IUI vs. IVF: Deciding Which Is Right for You

Intrauterine insemination (IUI) and in vitro fertilization (IVF) are medical techniques that help someone get pregnant. They are types of assisted reproductive technology (ART) or fertility treatment. Intrauterine insemination is when the sperm fertilizes the eggs inside the uterus, whereas in vitro fertilization occurs in a petri dish or lab.

This article compares types of IUI and IVF, their procedures, cost-effectiveness, success rates, and possible side effects. 

Woman and man sitting on a sofa smiling at the results of a pregnancy test

Moyo Studio / Getty Images

What Is IUI?

IUI is ART that involves placing sperm inside the uterus. People may refer to it as artificial insemination, alternative insemination, or donor insemination.

ART Statistics

In the United States, assisted reproductive technology accounts for the conception of about 2 % of babies yearly. That translates to 75,000 or 2 per every 100 babies. 

Conception (pregnancy) occurs when the sperm joins the egg. Sperm must swim from the vagina, through the cervix, and into the uterus. IUI aids pregnancy by decreasing the distance the sperm travels to fertilize the egg.


Providers differentiate IUI based on the use of fertility drugs. Both types have a higher success rate than trying to conceive without fertility drugs, procedures, or other forms of assistance.

  • Natural cycle IUI: Sperm is placed in the uterus after the body’s hormones induce ovulation.
  • Stimulated cycle IUI: Stimulated cycle IUI uses fertility drugs to stimulate ovulation or increase the number of eggs with ovulation. 


With IUI, artificial insemination occurs the day after ovulation. Before the procedure, your healthcare provider will prepare and “wash” the sperm sample. 

If your partner provides the sperm sample, they will do so on the day of IUI. For those using donor sperm, your provider will thaw and prepare the sample before beginning the procedure. 

Why Is Sperm Washed?

“Washing” sperm means separating seminal fluid from the sperm in the lab, making it more motile (mobile) and more likely to fertilize an egg. It also makes semen less irritating to the uterus.

The artificial insemination procedure is similar to a Pap smear or pelvic exam. It may be slightly uncomfortable, but it should not be painful and doesn’t require sedation. It is performed as follows:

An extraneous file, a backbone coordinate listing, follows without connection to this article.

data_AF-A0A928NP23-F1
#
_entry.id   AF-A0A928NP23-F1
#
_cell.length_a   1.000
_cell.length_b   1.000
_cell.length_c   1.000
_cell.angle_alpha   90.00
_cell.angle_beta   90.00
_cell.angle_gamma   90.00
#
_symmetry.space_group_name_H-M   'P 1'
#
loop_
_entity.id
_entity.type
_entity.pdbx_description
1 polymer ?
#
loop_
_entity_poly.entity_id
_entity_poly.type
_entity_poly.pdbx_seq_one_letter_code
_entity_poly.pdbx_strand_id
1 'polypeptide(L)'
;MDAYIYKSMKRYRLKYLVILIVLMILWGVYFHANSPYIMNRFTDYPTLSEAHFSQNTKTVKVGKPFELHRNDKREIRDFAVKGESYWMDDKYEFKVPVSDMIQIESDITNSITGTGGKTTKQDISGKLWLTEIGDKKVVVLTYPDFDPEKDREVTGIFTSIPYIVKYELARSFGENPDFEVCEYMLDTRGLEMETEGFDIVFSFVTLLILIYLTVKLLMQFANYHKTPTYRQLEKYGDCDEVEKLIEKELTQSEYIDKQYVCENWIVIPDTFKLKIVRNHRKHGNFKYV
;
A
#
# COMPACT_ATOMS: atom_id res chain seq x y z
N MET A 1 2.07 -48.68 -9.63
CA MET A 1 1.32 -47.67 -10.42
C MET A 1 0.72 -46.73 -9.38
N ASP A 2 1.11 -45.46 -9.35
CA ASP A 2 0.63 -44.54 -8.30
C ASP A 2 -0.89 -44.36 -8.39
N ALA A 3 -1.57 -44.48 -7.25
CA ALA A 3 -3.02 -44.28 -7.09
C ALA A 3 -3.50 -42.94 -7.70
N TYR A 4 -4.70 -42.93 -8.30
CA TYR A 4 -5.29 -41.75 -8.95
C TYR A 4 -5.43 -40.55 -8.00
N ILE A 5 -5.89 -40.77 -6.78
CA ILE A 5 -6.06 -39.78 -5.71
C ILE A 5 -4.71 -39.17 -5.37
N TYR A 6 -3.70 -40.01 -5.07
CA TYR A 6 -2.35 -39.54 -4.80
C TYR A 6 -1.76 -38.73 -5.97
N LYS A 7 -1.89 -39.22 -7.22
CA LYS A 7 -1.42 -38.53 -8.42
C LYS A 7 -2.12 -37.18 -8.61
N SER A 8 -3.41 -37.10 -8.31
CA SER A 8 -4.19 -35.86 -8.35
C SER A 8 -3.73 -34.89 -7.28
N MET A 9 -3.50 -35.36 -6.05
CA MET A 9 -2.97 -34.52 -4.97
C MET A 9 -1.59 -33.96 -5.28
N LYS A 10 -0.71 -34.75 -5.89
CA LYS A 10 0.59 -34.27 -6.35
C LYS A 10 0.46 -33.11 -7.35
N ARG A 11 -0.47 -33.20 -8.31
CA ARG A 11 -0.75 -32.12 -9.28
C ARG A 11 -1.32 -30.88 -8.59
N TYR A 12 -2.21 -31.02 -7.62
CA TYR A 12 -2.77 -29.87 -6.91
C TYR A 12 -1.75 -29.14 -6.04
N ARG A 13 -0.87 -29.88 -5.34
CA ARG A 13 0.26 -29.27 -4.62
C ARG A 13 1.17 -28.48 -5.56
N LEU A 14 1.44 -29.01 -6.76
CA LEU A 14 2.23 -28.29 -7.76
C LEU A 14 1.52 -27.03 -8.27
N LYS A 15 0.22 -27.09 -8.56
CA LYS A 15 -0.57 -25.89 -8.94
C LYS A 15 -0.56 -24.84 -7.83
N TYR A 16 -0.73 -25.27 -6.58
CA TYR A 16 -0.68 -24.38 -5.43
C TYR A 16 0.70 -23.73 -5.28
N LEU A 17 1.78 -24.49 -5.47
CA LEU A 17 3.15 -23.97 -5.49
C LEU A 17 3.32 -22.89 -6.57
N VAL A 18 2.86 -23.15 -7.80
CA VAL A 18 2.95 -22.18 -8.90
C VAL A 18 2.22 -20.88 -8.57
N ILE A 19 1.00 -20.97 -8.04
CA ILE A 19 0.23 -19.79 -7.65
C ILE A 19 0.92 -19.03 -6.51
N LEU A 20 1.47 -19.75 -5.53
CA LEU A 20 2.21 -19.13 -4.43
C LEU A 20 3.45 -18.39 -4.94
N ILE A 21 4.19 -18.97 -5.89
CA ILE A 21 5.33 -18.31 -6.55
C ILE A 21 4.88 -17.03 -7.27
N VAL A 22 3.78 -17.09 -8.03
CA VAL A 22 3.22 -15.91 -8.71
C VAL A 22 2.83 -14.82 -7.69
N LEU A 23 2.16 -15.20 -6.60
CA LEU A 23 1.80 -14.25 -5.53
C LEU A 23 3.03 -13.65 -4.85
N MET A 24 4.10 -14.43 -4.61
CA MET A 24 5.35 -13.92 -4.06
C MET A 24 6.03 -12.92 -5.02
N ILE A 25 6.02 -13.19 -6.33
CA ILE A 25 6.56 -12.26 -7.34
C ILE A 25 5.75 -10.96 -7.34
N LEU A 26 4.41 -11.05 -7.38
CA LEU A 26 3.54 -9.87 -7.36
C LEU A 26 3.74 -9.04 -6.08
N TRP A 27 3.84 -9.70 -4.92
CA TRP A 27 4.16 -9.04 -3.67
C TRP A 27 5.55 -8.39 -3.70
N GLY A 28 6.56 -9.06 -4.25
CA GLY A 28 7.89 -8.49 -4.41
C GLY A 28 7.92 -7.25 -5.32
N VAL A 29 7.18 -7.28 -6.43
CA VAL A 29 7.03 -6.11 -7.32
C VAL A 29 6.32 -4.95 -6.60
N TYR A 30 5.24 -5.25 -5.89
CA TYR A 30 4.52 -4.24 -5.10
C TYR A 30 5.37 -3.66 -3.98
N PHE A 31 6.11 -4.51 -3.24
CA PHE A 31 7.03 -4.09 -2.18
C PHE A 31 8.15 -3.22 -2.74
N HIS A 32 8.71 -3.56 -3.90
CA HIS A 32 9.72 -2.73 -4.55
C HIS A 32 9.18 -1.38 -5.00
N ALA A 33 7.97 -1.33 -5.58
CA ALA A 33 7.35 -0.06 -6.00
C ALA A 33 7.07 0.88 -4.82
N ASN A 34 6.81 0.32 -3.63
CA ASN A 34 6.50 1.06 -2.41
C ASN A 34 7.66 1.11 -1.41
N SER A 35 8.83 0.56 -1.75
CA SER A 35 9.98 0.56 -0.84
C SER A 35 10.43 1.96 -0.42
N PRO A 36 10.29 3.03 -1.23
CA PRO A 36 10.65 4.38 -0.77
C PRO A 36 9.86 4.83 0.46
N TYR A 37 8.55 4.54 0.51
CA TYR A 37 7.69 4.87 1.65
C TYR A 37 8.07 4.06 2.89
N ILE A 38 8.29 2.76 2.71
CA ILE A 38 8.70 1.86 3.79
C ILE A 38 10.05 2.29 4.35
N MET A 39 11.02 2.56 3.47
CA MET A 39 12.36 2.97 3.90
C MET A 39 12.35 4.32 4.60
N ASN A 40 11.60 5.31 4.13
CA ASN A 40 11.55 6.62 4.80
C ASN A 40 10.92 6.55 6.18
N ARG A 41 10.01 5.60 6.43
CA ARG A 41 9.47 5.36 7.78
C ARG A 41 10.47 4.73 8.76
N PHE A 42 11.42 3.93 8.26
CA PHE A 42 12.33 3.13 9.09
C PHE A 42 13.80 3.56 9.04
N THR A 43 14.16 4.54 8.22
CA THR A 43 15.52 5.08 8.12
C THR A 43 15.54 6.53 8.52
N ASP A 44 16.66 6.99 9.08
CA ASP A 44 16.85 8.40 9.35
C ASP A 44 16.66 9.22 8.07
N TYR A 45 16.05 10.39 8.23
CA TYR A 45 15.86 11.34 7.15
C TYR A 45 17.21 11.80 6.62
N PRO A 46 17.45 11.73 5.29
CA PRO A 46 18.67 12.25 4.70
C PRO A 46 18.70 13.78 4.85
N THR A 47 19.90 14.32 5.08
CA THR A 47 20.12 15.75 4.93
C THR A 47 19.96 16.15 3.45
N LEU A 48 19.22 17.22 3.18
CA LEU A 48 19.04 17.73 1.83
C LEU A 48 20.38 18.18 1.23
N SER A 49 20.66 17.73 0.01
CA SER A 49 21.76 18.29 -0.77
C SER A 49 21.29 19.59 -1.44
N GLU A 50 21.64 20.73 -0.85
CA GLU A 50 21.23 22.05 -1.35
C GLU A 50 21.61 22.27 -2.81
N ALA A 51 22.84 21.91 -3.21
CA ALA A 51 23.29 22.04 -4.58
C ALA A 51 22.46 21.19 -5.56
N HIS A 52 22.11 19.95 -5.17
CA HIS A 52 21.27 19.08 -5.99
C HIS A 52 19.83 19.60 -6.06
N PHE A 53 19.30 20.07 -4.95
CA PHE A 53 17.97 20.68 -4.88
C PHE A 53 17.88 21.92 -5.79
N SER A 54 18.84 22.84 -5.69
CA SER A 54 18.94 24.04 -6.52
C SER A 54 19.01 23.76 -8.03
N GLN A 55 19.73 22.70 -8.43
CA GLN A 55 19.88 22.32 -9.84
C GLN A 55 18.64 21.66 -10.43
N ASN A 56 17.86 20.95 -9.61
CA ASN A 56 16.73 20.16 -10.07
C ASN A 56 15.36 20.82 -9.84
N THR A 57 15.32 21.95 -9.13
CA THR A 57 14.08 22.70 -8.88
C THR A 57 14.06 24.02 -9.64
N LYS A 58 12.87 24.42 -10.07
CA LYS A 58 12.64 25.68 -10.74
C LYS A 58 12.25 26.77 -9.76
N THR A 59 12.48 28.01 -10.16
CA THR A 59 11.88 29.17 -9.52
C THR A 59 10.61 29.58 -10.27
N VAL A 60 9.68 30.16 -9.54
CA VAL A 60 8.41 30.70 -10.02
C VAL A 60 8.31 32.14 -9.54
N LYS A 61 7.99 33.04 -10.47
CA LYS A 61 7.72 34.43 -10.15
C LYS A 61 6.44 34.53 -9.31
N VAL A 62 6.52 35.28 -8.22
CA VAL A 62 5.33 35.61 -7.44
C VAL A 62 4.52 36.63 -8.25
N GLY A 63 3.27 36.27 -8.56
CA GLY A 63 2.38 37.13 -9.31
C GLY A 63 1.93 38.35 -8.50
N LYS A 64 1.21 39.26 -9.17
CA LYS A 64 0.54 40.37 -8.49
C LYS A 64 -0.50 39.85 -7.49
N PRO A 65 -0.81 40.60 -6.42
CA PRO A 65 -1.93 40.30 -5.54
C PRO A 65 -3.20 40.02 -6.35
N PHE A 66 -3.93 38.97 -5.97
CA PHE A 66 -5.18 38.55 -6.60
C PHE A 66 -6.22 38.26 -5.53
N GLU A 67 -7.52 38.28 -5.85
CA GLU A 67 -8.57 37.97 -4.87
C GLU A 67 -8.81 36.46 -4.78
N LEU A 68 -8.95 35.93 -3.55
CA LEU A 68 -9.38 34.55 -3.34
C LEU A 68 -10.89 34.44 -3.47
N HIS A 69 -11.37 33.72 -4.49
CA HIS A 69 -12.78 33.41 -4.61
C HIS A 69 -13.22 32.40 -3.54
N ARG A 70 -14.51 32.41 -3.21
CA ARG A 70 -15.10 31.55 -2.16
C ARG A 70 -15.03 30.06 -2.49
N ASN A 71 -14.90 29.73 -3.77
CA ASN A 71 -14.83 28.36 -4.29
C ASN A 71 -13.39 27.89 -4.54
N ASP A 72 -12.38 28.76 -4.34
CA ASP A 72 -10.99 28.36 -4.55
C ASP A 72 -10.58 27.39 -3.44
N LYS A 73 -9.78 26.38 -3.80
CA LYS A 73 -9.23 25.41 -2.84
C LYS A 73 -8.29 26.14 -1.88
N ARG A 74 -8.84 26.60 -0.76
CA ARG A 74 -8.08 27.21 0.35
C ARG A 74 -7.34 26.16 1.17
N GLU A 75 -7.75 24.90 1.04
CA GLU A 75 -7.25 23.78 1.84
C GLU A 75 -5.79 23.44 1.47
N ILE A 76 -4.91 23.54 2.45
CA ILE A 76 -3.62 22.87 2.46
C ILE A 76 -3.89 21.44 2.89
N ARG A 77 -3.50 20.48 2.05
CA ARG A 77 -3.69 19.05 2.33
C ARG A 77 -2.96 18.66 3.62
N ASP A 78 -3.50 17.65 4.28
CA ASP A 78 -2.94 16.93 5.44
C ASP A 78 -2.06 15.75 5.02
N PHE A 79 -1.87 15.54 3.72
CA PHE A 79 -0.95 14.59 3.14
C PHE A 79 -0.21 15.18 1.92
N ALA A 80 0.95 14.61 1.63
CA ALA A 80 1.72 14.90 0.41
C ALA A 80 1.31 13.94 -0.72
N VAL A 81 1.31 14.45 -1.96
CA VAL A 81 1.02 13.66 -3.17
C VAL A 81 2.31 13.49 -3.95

• Step 1: Lie on the exam table and place your feet in the stirrups. 
  • Step 2: The healthcare provider uses a speculum (the same tool they use during a Pap smear) to open the vagina and visualize the cervix. 
  • Step 3: The provider inserts a long thin tube past the cervix and into the uterus. They inject the sperm into the uterus through the tube.
  • Step 4: Lie still for 15 to 30 minutes before cleaning up and dressing. You may have mild cramping or bleeding for a few hours after the procedure. 

Your provider may prescribe progesterone, a hormone that prepares the lining of the uterus and helps implanted embryos grow. Typically, you will take a pregnancy test two weeks after IUI.

What Is IVF?

IVF is fertilizing an egg outside the uterus in the lab. "Fertilize" means combining the sperm with the egg. The fertilized egg matures into an embryo that the provider puts back in the uterus to become a fetus.

You can choose to use your eggs or donor eggs for this procedure. This decision will depend on your fertility challenges and personal preferences. 


The following is a review of the different types of IVF:

  • Traditional IVF: The provider places thousands of sperm in a petri dish with a mature egg. The need for fertility drugs vary based on fertility challenges.
  • Natural IVF: The provider retrieves eggs during ovulation; no fertility drugs are necessary.
  • Minimal stimulation: The gestational carrier takes low amounts of fertility drugs over a short time frame.
  • Frozen embryo transfer (FET): The provider freezes and stores the embryos for later use.
  • Single-embryo transfer (eSET): The provider places one of several embryos in the uterus. 
  • Donor IVF: This is when another person donates their eggs or sperm.
  • Intracytoplasmic sperm injection (ICSI): ICSI is when a provider injects a single sperm directly into the egg under microscopic guidance. This procedure is helpful with low sperm count or when sperm are not strong enough to push through the egg. 
  • In vitro maturation (IVM): IVM is the retrieval of immature eggs. It differs from traditional IVF because the eggs mature in a petri dish outside the body rather than in the ovaries. It’s only done with ICSI and can help those who cannot take fertility medications.


Typically stages of successful IVF progress as follows:

  • Stimulation: Fertility drugs stimulate ovulation.
  • Egg retrieval: Your healthcare team gives you mild sedation while the provider retrieves eggs from your uterus during an in-office procedure. They insert a thin needle through the vagina into the ovaries with ultrasound guidance
  • Insemination and fertilization: The healthcare provider places the eggs and sperm together. 
  • Embryo growth: A few days after fertilization, the egg starts dividing, becoming an embryo. 
  • Embryo transfer: The provider transfers embryos to the uterus or freezes them for future use. 
  • Implantation: When embryos stick to the uterus lining, implantation occurs.

Your provider may prescribe progesterone after the transfer to help the embryos grow.


When deciding between these options, you and your fertility specialist should consider the gestational carrier's age, fertility concerns, overall health, cost, and family history. 

Common Reasons for IUI

People with the following fertility concerns might opt to try IUI first:

  • Unexplained infertility